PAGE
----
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New Hampshire Law Targets "Negative" US History

In recent weeks, it has become inescapably obvious: The mania for muzzling how teachers address race and other topics is only accelerating.

We’re seeing dozens of GOP proposals to bar whole concepts from classrooms outright. The Republican governor of Virginia has debuted a mechanism for parents to rat out teachers. Bills threatening punishment of them are proliferating. Book-banning efforts are outpacing anything in recent memory.

Amid this onslaught, a proposed bill now advancing in the New Hampshire legislature deserves renewed scrutiny. It would ban the advocacy of any “doctrine” or “theory” promoting a “negative” account of U.S. history, including the notion that the United States was “founded on racism.”

Additionally, the bill describes itself as designed to ensure teachers’ “loyalty,” while prohibiting advocacy of “subversive doctrines.”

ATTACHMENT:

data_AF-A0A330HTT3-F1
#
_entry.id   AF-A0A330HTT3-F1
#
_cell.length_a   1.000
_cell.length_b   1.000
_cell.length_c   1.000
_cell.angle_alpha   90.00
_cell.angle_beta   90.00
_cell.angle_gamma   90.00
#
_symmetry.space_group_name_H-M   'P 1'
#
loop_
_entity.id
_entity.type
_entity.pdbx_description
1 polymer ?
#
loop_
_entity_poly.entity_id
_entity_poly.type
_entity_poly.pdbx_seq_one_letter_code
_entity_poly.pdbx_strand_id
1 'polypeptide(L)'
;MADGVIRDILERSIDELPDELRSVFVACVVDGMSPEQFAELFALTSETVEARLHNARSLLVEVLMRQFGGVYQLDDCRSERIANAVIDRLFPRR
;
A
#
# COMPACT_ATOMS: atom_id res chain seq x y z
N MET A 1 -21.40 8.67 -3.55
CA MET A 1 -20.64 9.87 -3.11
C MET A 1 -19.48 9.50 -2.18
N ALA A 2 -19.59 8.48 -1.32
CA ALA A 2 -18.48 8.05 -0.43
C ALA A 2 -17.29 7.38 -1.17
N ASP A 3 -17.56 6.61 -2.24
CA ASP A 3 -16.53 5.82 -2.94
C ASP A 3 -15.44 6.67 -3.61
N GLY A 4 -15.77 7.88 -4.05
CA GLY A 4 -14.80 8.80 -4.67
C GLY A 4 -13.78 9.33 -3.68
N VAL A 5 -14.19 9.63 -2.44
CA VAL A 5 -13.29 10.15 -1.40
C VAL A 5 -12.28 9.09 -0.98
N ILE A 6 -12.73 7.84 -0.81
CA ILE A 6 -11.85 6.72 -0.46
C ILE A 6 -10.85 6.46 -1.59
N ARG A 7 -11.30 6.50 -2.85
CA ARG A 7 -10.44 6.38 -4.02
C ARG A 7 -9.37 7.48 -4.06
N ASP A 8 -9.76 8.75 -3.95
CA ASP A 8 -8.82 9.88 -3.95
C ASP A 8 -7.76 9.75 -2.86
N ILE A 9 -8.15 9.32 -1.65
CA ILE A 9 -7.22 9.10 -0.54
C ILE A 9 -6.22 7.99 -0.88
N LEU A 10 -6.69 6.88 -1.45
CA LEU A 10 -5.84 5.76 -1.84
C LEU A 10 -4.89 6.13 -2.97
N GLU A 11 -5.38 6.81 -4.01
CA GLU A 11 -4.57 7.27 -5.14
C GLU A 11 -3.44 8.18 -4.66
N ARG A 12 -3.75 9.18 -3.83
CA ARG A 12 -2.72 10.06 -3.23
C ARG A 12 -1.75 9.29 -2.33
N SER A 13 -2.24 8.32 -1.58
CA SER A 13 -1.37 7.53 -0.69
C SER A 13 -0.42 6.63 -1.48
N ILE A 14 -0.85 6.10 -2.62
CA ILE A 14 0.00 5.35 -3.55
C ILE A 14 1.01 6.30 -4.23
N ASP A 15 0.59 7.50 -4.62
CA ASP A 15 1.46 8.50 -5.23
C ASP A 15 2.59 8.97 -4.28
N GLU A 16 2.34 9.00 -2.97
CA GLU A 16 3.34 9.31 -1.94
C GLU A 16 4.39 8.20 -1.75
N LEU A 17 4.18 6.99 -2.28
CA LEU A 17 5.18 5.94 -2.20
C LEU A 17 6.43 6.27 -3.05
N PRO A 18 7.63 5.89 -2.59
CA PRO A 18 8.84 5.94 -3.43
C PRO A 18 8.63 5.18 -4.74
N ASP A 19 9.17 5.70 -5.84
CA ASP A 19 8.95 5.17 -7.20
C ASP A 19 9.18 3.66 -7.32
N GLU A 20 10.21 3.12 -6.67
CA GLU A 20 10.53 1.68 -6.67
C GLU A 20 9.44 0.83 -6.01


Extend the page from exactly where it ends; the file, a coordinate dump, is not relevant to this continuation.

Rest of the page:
This proposal is drawing heightened attention from teachers and their representatives. With the push for constraints on teachers intensifying, they worry that if it succeeds, it could become a model in other states.

“It’s the next step in their campaign to whitewash our history by rewriting it,” Megan Tuttle, the president of the New Hampshire chapter of the National Education Association, told me in a statement.

If this passes, it will “stifle real discussion" in classrooms, Tuttle said, adding: “Then it’s only a matter of time before similar legislation has the same impact on classrooms around the country.”

This proposal opens a window on much of what’s wrong with the current wave of censoring panic. Many new proposals and laws are sloppily drafted, vaguely defining entire concepts off limits, such as “anti-American ideologies” or anything that deviates from undefined conceptions of the nation’s “authentic founding.”

Read entire article at Washington Post